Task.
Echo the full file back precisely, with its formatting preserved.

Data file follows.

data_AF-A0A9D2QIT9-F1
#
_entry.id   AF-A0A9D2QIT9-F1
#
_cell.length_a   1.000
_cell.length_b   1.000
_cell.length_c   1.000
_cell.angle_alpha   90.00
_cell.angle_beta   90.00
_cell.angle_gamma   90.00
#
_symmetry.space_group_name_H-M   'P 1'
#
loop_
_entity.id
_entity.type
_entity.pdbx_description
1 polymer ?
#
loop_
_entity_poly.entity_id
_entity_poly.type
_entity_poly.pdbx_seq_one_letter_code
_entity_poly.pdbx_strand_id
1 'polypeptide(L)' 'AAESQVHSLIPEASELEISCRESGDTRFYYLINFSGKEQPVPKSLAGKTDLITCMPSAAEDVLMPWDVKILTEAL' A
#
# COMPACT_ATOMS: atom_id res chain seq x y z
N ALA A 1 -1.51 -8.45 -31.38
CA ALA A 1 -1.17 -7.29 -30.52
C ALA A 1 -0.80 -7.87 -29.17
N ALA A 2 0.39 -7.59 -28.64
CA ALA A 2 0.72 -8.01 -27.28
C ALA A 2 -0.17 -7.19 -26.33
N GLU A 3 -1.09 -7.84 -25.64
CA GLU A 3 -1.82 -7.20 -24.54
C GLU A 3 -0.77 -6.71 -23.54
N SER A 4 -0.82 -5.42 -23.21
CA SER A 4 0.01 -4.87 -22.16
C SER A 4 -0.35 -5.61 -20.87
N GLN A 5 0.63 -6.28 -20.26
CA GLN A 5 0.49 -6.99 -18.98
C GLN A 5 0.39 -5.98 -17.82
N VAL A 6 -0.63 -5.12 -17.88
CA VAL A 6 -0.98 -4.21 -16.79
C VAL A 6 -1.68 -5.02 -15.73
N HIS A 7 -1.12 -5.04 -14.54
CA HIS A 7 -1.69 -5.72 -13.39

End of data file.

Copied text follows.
data_AF-A0A9D2QIT9-F1
#
_entry.id   AF-A0A9D2QIT9-F1
#
_cell.length_a   1.000
_cell.length_b   1.000
_cell.length_c   1.000
_cell.angle_alpha   90.00
_cell.angle_beta   90.00
_cell.angle_gamma   90.00
#
_symmetry.space_group_name_H-M   'P 1'
#
loop_
_entity.id
_entity.type
_entity.pdbx_description
1 polymer ?
#
loop_
_entity_poly.entity_id
_entity_poly.type
_entity_poly.pdbx_seq_one_letter_code
_entity_poly.pdbx_strand_id
1 'polypeptide(L)' 'AAESQVHSLIPEASELEISCRESGDTRFYYLINFSGKEQPVPKSLAGKTDLITCMPSAAEDVLMPWDVKILTEAL' A
#
# COMPACT_ATOMS: atom_id res chain seq x y z
N ALA A 1 -1.51 -8.45 -31.38
CA ALA A 1 -1.17 -7.29 -30.52
C ALA A 1 -0.80 -7.87 -29.17
N ALA A 2 0.39 -7.59 -28.64
CA ALA A 2 0.72 -8.01 -27.28
C ALA A 2 -0.17 -7.19 -26.33
N GLU A 3 -1.09 -7.84 -25.64
CA GLU A 3 -1.82 -7.20 -24.54
C GLU A 3 -0.77 -6.71 -23.54
N SER A 4 -0.82 -5.42 -23.21
CA SER A 4 0.01 -4.87 -22.16
C SER A 4 -0.35 -5.61 -20.87
N GLN A 5 0.63 -6.28 -20.26
CA GLN A 5 0.49 -6.99 -18.98
C GLN A 5 0.39 -5.98 -17.82
N VAL A 6 -0.63 -5.12 -17.88
CA VAL A 6 -0.98 -4.21 -16.79
C VAL A 6 -1.68 -5.02 -15.73
N HIS A 7 -1.12 -5.04 -14.54
CA HIS A 7 -1.69 -5.72 -13.39